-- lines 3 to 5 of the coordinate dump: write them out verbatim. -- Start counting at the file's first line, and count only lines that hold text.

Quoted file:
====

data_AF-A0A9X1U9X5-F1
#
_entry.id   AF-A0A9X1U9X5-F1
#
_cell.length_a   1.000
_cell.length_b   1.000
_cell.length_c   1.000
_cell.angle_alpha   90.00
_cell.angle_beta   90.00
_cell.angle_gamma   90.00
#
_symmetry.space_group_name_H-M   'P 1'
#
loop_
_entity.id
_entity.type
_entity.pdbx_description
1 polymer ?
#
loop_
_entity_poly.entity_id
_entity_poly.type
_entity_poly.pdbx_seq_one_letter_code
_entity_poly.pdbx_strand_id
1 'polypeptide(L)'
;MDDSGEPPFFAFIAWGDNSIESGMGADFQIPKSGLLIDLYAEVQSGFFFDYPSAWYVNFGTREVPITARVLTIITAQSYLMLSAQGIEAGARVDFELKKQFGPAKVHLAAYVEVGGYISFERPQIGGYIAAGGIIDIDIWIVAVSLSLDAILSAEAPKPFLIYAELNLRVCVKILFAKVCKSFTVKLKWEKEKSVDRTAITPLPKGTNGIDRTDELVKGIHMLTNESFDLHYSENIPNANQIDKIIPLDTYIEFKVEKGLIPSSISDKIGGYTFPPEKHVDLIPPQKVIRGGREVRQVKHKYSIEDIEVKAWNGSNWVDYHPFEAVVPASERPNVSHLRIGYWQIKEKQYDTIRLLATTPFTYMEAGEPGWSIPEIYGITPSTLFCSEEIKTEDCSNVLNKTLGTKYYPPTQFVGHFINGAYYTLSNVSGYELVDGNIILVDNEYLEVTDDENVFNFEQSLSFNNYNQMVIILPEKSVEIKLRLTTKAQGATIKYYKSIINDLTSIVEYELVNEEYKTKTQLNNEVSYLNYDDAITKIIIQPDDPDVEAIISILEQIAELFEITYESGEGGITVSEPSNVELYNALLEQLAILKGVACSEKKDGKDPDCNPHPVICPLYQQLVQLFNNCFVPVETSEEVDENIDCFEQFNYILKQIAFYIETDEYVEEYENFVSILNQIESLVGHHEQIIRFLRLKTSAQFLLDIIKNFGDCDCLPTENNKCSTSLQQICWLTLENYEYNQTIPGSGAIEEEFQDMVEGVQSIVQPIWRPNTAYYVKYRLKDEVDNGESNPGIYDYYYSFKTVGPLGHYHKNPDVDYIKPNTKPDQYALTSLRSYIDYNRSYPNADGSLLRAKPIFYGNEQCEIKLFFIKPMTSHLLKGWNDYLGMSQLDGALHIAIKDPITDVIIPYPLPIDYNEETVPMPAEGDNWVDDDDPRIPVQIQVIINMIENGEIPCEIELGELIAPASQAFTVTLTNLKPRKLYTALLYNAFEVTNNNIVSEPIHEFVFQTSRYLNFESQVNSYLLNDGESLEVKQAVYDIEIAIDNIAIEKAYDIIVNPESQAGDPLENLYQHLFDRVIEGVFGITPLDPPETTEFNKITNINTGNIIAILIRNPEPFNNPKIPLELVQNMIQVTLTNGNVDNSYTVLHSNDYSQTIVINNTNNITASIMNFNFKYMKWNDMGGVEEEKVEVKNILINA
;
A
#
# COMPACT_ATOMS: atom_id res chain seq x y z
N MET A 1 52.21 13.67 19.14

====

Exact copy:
_entry.id   AF-A0A9X1U9X5-F1
#
_cell.length_a   1.000